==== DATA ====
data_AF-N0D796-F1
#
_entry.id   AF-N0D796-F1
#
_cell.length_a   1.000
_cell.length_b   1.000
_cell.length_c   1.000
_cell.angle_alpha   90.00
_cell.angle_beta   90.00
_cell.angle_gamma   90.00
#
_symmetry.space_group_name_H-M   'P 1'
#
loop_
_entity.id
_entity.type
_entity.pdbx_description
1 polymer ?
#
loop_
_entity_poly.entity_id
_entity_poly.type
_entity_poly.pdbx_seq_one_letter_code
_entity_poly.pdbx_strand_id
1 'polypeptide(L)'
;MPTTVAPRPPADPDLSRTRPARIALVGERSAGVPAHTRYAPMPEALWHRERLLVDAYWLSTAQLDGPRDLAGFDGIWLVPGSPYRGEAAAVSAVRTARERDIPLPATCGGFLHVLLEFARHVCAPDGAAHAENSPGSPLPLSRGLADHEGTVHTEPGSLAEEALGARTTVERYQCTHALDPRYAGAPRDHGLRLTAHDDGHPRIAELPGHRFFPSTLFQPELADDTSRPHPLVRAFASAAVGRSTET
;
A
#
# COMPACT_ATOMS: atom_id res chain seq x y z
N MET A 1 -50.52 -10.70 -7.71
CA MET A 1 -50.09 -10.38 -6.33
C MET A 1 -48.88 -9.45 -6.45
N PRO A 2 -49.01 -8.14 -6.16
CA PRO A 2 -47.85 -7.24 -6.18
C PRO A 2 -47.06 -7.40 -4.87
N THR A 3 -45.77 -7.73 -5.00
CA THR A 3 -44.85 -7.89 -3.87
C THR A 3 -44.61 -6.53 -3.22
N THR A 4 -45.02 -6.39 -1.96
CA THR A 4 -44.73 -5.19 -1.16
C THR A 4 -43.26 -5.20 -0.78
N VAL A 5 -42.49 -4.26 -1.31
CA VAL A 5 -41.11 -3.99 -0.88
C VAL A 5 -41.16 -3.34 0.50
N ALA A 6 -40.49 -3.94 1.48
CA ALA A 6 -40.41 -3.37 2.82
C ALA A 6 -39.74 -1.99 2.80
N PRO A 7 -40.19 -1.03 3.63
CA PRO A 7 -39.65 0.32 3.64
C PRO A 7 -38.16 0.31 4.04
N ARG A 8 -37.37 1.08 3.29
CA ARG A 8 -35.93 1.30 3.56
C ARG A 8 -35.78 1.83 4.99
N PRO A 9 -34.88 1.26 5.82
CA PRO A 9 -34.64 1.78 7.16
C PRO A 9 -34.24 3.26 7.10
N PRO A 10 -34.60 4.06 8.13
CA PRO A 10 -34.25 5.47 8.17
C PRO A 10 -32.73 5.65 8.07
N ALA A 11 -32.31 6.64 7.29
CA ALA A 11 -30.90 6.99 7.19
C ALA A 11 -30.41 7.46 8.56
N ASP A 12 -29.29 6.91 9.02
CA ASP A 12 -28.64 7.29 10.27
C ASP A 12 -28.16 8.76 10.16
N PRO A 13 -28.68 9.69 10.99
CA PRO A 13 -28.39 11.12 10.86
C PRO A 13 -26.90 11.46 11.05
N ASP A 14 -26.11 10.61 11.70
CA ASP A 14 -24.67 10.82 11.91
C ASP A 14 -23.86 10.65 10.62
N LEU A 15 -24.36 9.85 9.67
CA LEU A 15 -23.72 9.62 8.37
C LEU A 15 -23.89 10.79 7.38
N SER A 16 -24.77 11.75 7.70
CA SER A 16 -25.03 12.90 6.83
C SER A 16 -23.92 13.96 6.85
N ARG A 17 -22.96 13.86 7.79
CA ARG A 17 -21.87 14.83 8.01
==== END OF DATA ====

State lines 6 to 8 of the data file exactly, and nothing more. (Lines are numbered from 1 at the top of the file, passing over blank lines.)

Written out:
_cell.length_b   1.000
_cell.length_c   1.000
_cell.angle_alpha   90.00